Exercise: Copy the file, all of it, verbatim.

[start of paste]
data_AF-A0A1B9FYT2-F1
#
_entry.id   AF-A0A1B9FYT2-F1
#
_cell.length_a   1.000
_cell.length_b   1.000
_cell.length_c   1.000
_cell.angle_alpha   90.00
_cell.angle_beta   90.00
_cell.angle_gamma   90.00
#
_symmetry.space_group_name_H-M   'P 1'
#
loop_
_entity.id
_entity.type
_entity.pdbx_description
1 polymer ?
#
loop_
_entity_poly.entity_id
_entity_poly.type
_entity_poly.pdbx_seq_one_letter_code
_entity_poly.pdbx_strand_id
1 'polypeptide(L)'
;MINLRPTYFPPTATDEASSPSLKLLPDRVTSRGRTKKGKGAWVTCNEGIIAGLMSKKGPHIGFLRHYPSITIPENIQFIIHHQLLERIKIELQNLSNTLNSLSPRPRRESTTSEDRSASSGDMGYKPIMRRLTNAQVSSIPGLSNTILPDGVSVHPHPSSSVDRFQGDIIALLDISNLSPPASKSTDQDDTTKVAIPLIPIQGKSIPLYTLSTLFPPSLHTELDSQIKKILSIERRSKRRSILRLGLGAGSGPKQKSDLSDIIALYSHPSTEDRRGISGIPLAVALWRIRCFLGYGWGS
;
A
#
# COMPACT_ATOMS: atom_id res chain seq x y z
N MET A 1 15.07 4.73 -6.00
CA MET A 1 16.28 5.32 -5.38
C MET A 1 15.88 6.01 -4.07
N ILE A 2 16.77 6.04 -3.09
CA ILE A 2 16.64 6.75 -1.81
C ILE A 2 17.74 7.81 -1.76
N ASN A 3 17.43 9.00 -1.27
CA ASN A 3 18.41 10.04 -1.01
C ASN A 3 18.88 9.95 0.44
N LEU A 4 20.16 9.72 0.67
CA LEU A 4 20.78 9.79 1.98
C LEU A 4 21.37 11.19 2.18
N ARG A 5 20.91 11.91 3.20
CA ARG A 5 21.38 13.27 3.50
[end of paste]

data_AF-A0A1B9FYT2-F1
#
_entry.id   AF-A0A1B9FYT2-F1
#
_cell.length_a   1.000
_cell.length_b   1.000
_cell.length_c   1.000
_cell.angle_alpha   90.00
_cell.angle_beta   90.00
_cell.angle_gamma   90.00
#
_symmetry.space_group_name_H-M   'P 1'
#
loop_
_entity.id
_entity.type
_entity.pdbx_description
1 polymer ?
#
loop_
_entity_poly.entity_id
_entity_poly.type
_entity_poly.pdbx_seq_one_letter_code
_entity_poly.pdbx_strand_id
1 'polypeptide(L)'
;MINLRPTYFPPTATDEASSPSLKLLPDRVTSRGRTKKGKGAWVTCNEGIIAGLMSKKGPHIGFLRHYPSITIPENIQFIIHHQLLERIKIELQNLSNTLNSLSPRPRRESTTSEDRSASSGDMGYKPIMRRLTNAQVSSIPGLSNTILPDGVSVHPHPSSSVDRFQGDIIALLDISNLSPPASKSTDQDDTTKVAIPLIPIQGKSIPLYTLSTLFPPSLHTELDSQIKKILSIERRSKRRSILRLGLGAGSGPKQKSDLSDIIALYSHPSTEDRRGISGIPLAVALWRIRCFLGYGWGS
;
A
#
# COMPACT_ATOMS: atom_id res chain seq x y z
N MET A 1 15.07 4.73 -6.00
CA MET A 1 16.28 5.32 -5.38
C MET A 1 15.88 6.01 -4.07
N ILE A 2 16.77 6.04 -3.09
CA ILE A 2 16.64 6.75 -1.81
C ILE A 2 17.74 7.81 -1.76
N ASN A 3 17.43 9.00 -1.27
CA ASN A 3 18.41 10.04 -1.01
C ASN A 3 18.88 9.95 0.44
N LEU A 4 20.16 9.72 0.67
CA LEU A 4 20.78 9.79 1.98
C LEU A 4 21.37 11.19 2.18
N ARG A 5 20.91 11.91 3.20
CA ARG A 5 21.38 13.27 3.50